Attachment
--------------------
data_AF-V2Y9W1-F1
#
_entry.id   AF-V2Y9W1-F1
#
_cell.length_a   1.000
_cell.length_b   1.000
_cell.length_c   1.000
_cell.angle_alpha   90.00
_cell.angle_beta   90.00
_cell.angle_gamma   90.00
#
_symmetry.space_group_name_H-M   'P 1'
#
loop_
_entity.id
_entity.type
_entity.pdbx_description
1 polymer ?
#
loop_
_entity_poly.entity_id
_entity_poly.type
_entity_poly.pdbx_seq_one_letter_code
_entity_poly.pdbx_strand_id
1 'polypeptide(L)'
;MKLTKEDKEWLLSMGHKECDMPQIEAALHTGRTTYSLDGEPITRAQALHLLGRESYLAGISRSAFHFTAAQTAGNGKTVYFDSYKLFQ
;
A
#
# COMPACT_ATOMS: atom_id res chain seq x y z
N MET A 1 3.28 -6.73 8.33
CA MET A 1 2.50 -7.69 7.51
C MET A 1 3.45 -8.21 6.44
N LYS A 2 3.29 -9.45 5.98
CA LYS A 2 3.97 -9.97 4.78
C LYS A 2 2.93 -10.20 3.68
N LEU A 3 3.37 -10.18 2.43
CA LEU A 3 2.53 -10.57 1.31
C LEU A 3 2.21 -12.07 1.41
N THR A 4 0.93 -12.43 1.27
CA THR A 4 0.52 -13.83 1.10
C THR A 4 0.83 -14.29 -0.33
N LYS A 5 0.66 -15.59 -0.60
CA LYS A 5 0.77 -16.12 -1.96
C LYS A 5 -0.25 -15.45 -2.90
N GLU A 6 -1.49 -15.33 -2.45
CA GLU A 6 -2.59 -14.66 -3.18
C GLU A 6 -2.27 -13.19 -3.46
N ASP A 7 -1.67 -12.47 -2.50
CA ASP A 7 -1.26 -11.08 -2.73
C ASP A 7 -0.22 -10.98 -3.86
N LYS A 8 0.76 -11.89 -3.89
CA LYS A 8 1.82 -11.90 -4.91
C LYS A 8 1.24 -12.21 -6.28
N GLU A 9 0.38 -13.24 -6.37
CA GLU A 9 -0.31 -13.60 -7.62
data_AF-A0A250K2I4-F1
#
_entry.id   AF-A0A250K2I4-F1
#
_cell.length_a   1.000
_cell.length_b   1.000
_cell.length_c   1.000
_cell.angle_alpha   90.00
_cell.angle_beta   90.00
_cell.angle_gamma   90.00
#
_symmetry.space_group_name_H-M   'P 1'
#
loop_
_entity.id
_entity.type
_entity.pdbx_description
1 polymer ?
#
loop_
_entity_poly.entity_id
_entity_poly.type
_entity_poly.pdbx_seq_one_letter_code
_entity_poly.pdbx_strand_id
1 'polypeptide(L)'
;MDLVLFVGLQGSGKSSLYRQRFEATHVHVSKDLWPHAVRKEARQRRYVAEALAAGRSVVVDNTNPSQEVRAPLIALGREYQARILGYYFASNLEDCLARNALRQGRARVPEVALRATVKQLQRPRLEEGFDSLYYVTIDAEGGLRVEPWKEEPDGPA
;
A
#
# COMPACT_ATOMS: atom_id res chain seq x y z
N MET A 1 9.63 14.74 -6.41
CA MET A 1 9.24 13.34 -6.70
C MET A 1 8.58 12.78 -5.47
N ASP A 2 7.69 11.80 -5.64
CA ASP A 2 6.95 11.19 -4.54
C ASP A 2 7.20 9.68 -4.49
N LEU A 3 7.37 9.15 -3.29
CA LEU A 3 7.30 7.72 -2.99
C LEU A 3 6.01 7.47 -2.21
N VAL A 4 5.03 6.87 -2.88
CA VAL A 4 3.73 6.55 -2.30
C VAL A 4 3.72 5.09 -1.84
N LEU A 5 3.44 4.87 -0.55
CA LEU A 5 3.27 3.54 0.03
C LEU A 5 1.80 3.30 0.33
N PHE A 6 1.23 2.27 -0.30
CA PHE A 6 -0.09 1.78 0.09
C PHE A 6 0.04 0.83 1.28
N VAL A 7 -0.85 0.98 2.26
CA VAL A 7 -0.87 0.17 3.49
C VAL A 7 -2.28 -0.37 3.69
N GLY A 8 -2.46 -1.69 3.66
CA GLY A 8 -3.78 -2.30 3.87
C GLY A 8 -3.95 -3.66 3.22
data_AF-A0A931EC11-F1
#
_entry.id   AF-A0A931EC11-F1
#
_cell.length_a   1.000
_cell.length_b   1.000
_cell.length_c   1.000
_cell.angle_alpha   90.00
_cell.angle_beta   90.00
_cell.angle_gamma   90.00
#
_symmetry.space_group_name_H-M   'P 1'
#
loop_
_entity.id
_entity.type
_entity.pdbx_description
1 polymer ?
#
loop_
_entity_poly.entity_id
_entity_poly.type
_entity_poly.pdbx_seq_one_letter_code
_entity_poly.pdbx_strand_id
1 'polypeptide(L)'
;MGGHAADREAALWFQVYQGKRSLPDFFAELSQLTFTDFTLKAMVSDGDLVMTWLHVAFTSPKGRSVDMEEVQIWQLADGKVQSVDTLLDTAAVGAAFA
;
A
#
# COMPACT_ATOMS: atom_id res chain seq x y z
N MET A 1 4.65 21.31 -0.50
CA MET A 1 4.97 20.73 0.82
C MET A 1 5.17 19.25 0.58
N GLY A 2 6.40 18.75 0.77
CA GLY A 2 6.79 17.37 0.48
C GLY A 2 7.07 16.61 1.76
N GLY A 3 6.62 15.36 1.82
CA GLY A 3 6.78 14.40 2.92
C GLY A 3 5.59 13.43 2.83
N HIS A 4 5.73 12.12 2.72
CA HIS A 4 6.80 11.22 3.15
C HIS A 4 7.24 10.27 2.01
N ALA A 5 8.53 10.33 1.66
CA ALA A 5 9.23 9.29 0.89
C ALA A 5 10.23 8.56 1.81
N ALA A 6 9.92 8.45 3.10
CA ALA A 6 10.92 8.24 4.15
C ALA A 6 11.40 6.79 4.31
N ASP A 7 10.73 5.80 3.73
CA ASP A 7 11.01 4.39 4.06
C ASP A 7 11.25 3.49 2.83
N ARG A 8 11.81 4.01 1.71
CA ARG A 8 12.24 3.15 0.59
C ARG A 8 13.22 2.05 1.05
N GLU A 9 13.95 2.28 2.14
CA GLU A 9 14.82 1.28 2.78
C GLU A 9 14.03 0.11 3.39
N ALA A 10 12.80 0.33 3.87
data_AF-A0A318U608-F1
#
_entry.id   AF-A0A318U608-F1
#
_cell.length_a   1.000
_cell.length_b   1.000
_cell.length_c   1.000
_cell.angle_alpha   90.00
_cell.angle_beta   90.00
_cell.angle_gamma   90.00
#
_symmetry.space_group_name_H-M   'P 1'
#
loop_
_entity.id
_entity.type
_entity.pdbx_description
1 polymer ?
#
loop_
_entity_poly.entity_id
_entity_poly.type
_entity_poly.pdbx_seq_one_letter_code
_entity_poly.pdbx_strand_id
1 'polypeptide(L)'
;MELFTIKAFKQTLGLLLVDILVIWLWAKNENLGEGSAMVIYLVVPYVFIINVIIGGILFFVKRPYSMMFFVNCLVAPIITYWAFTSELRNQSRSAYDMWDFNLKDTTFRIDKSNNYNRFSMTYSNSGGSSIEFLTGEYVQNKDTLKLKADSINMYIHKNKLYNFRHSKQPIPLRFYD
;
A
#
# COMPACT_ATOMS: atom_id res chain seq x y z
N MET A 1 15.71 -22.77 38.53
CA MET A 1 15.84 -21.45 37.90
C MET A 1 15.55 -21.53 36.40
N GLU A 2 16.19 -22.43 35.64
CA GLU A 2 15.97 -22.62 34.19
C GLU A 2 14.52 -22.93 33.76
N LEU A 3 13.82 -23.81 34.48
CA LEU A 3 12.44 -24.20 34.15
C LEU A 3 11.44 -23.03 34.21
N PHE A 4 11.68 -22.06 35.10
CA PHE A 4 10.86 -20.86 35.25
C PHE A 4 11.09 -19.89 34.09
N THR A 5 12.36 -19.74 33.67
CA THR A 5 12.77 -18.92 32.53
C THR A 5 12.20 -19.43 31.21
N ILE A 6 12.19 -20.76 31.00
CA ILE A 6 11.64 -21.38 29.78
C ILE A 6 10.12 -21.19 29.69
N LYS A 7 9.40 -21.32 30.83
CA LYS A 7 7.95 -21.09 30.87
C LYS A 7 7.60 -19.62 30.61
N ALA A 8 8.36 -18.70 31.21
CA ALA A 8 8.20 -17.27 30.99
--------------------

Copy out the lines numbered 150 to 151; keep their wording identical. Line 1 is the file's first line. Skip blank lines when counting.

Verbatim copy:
N HIS A 4 5.73 12.12 2.72
CA HIS A 4 6.80 11.22 3.15